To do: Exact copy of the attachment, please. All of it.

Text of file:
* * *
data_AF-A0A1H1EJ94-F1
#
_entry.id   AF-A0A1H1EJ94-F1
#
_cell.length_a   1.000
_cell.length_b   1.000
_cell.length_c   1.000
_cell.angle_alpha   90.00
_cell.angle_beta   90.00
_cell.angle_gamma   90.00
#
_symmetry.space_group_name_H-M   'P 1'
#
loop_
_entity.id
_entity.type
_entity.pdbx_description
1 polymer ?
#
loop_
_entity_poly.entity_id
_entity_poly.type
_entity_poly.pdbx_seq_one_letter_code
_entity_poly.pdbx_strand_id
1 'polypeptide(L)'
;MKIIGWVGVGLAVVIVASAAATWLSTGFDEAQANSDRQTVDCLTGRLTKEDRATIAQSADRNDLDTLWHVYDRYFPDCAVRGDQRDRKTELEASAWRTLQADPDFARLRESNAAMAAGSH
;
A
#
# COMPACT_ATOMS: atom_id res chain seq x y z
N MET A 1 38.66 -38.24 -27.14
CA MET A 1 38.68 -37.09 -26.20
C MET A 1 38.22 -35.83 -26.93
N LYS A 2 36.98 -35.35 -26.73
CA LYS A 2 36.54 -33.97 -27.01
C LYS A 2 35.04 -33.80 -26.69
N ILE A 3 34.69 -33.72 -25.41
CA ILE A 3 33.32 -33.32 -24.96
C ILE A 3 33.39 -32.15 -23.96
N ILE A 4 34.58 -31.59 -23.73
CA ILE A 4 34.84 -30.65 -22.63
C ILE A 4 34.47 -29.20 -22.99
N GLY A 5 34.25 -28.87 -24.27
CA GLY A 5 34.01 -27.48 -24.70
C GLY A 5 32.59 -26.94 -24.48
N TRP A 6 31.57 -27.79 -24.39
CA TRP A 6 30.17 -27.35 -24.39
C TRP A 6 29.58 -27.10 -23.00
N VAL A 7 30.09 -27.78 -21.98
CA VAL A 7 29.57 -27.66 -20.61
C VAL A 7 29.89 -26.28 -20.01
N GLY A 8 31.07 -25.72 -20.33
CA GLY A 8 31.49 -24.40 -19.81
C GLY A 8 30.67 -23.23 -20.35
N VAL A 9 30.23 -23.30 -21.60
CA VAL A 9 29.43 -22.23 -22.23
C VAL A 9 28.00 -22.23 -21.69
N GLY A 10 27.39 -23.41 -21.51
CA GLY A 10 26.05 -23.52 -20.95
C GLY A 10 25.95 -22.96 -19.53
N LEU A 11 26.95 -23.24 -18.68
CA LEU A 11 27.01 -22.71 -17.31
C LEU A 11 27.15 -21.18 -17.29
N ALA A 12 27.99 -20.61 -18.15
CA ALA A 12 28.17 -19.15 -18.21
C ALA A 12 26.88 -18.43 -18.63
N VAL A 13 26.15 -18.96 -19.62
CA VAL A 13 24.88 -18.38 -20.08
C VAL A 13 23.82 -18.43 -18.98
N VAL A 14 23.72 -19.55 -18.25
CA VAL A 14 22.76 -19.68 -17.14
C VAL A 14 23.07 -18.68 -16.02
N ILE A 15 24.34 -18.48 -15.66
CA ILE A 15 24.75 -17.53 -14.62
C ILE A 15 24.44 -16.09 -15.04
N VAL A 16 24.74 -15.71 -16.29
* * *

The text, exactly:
data_AF-A0A1H1EJ94-F1
#
_entry.id   AF-A0A1H1EJ94-F1
#
_cell.length_a   1.000
_cell.length_b   1.000
_cell.length_c   1.000
_cell.angle_alpha   90.00
_cell.angle_beta   90.00
_cell.angle_gamma   90.00
#
_symmetry.space_group_name_H-M   'P 1'
#
loop_
_entity.id
_entity.type
_entity.pdbx_description
1 polymer ?
#
loop_
_entity_poly.entity_id
_entity_poly.type
_entity_poly.pdbx_seq_one_letter_code
_entity_poly.pdbx_strand_id
1 'polypeptide(L)'
;MKIIGWVGVGLAVVIVASAAATWLSTGFDEAQANSDRQTVDCLTGRLTKEDRATIAQSADRNDLDTLWHVYDRYFPDCAVRGDQRDRKTELEASAWRTLQADPDFARLRESNAAMAAGSH
;
A
#
# COMPACT_ATOMS: atom_id res chain seq x y z
N MET A 1 38.66 -38.24 -27.14
CA MET A 1 38.68 -37.09 -26.20
C MET A 1 38.22 -35.83 -26.93
N LYS A 2 36.98 -35.35 -26.73
CA LYS A 2 36.54 -33.97 -27.01
C LYS A 2 35.04 -33.80 -26.69
N ILE A 3 34.69 -33.72 -25.41
CA ILE A 3 33.32 -33.32 -24.96
C ILE A 3 33.39 -32.15 -23.96
N ILE A 4 34.58 -31.59 -23.73
CA ILE A 4 34.84 -30.65 -22.63
C ILE A 4 34.47 -29.20 -22.99
N GLY A 5 34.25 -28.87 -24.27
CA GLY A 5 34.01 -27.48 -24.70
C GLY A 5 32.59 -26.94 -24.48
N TRP A 6 31.57 -27.79 -24.39
CA TRP A 6 30.17 -27.35 -24.39
C TRP A 6 29.58 -27.10 -23.00
N VAL A 7 30.09 -27.78 -21.98
CA VAL A 7 29.57 -27.66 -20.61
C VAL A 7 29.89 -26.28 -20.01
N GLY A 8 31.07 -25.72 -20.33
CA GLY A 8 31.49 -24.40 -19.81
C GLY A 8 30.67 -23.23 -20.35
N VAL A 9 30.23 -23.30 -21.60
CA VAL A 9 29.43 -22.23 -22.23
C VAL A 9 28.00 -22.23 -21.69
N GLY A 10 27.39 -23.41 -21.51
CA GLY A 10 26.05 -23.52 -20.95
C GLY A 10 25.95 -22.96 -19.53
N LEU A 11 26.95 -23.24 -18.68
CA LEU A 11 27.01 -22.71 -17.31
C LEU A 11 27.15 -21.18 -17.29
N ALA A 12 27.99 -20.61 -18.15
CA ALA A 12 28.17 -19.15 -18.21
C ALA A 12 26.88 -18.43 -18.63
N VAL A 13 26.15 -18.96 -19.62
CA VAL A 13 24.88 -18.38 -20.08
C VAL A 13 23.82 -18.43 -18.98
N VAL A 14 23.72 -19.55 -18.25
CA VAL A 14 22.76 -19.68 -17.14
C VAL A 14 23.07 -18.68 -16.02
N ILE A 15 24.34 -18.48 -15.66
CA ILE A 15 24.75 -17.53 -14.62
C ILE A 15 24.44 -16.09 -15.04
N VAL A 16 24.74 -15.71 -16.29